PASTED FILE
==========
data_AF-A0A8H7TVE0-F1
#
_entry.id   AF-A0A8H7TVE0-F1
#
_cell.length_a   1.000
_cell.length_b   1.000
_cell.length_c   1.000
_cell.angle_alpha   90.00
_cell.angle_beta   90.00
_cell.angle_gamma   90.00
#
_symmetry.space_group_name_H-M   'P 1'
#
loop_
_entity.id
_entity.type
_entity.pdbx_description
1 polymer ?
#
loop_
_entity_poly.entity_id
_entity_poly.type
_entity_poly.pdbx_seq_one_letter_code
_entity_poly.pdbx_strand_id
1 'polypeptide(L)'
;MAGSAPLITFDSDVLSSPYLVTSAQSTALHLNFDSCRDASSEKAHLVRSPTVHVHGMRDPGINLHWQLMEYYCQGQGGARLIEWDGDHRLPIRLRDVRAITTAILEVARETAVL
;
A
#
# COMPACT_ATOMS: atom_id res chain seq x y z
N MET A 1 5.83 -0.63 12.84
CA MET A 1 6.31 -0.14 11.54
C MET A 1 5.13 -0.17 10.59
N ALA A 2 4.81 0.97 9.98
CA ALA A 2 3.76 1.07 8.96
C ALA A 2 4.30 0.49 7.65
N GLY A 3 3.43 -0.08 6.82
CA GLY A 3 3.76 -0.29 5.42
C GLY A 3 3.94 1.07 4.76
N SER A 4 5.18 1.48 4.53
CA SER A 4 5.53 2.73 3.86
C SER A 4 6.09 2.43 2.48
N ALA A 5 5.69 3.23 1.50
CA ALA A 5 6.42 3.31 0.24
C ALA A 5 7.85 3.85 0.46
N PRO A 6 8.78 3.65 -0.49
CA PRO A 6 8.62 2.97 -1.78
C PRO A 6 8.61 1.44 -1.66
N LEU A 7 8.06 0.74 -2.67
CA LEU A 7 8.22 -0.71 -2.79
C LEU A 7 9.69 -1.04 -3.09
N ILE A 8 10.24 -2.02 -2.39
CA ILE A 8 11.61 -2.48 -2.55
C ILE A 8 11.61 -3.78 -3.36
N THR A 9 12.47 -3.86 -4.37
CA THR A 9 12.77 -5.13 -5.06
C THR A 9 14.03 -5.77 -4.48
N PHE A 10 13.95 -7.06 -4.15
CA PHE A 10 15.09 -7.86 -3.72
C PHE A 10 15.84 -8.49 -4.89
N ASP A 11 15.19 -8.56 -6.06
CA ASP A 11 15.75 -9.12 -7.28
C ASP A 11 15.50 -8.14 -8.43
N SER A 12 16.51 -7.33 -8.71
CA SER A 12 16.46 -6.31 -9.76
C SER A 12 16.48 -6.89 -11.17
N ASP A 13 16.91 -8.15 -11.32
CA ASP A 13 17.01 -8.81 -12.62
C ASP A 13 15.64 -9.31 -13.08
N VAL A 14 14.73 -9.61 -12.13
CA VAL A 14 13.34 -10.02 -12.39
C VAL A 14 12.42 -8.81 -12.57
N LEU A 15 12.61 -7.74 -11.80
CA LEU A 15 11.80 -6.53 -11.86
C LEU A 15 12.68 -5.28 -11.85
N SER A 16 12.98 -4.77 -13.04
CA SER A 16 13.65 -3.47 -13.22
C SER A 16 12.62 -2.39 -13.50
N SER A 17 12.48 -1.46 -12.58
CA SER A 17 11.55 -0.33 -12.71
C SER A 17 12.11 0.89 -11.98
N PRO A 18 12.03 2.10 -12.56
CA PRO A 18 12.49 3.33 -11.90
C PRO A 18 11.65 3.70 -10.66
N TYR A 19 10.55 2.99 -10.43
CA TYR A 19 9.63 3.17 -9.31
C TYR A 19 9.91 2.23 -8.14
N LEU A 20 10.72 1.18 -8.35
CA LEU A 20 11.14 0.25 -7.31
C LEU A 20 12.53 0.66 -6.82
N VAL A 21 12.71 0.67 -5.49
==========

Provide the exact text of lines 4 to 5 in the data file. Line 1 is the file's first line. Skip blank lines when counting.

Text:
#
_cell.length_a   1.000